Claims for jobless benefits climbed for a fifth month, increasing 15,500 from May, the Office for National Statistics said today in London. Economists predicted 10,000, the median of 29 forecasts in a Bloomberg News survey shows. The unemployment rate on that basis was 2.6 percent.
The economy and labor market face ``consequences'' as the Bank of England fights to bring accelerating inflation under control, policy maker Andrew Sentance says. Rising unemployment may exacerbate Prime Minister Gordon Brown's woes after the worst housing market slump since the last recession helped push his party's support close to the lowest since World War II.
The pound fell as much as 0.2 percent against the dollar after the data and traded at $2.0033 as of 12:50 p.m. in London. U.K. government bonds stayed higher, pushing the yield on the two- year gilt down 3 basis points to 4.809 percent.
Unemployment, based on International Labour Organization standards, was 5.2 percent in the three months through May. That compares with 7.2 percent in the euro region, 5.5 percent in the U.S. and 4 percent in Japan, the statistics office said.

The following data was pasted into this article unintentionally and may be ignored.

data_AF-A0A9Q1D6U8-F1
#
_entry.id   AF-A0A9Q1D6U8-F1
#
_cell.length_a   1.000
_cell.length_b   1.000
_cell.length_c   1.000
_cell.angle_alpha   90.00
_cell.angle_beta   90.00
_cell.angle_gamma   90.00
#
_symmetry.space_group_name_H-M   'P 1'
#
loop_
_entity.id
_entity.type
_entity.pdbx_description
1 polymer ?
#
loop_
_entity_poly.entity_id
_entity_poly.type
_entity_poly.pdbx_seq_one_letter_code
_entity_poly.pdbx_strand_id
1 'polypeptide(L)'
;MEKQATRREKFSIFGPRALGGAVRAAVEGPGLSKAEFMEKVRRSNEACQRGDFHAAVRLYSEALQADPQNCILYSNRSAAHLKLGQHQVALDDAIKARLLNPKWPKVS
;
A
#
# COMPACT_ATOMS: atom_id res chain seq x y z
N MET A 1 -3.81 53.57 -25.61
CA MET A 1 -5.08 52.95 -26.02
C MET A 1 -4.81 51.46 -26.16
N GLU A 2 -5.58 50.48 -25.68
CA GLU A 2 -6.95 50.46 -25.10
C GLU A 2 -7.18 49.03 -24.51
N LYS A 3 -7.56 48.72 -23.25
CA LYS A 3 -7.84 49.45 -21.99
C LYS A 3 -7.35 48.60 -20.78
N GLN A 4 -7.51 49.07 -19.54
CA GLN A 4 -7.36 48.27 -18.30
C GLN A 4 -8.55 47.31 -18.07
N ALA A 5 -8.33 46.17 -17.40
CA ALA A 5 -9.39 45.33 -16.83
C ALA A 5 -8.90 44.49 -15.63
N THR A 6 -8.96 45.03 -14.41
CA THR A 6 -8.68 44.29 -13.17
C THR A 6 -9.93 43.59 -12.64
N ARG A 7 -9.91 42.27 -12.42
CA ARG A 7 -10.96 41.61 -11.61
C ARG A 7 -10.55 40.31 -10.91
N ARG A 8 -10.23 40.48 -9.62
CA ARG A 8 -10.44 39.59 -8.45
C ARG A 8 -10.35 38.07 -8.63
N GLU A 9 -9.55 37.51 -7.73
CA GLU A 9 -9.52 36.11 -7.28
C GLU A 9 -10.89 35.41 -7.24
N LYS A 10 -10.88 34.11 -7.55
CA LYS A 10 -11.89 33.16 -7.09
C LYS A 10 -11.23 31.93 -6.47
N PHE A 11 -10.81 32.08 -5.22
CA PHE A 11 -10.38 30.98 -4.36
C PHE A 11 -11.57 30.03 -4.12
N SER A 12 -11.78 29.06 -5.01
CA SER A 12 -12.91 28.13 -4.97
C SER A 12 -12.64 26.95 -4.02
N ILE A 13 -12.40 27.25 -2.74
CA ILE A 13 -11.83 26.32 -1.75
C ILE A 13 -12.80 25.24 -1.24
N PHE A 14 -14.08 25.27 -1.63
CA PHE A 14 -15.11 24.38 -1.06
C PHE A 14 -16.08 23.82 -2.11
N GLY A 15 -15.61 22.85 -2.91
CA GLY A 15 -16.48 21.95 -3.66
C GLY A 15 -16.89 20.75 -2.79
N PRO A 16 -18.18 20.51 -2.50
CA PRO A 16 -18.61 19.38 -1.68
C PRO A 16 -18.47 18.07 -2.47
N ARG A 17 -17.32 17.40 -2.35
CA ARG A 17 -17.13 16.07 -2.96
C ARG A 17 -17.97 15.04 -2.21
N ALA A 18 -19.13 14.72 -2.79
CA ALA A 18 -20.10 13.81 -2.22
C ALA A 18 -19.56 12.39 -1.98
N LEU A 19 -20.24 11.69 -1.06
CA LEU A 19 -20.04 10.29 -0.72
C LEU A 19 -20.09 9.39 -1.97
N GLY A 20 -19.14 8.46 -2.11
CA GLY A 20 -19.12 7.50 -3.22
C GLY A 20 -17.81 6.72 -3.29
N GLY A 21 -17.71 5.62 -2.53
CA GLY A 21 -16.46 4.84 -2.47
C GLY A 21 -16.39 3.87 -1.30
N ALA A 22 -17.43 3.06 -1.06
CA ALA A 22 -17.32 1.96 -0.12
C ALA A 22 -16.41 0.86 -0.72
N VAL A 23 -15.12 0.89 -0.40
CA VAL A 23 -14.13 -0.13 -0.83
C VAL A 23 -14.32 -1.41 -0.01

Homebuilders announced more than 4,000 job cuts since the start of July, with Redrow Plc and Bovis Homes Group Plc each saying they will slash their workforces by 40 percent. HBOS Plc, the U.K.'s biggest mortgage lender, said last week that house prices fell in June from a year earlier by the most since 1992.
The collapse of the U.S. subprime mortgage market has cost financial institutions worldwide more than $416 billion in losses and writedowns and led them to shed almost 94,000 staff. Barclays Plc, the U.K.'s fourth-biggest bank, said July 8 it cut about 300 jobs because customer demand is drying up.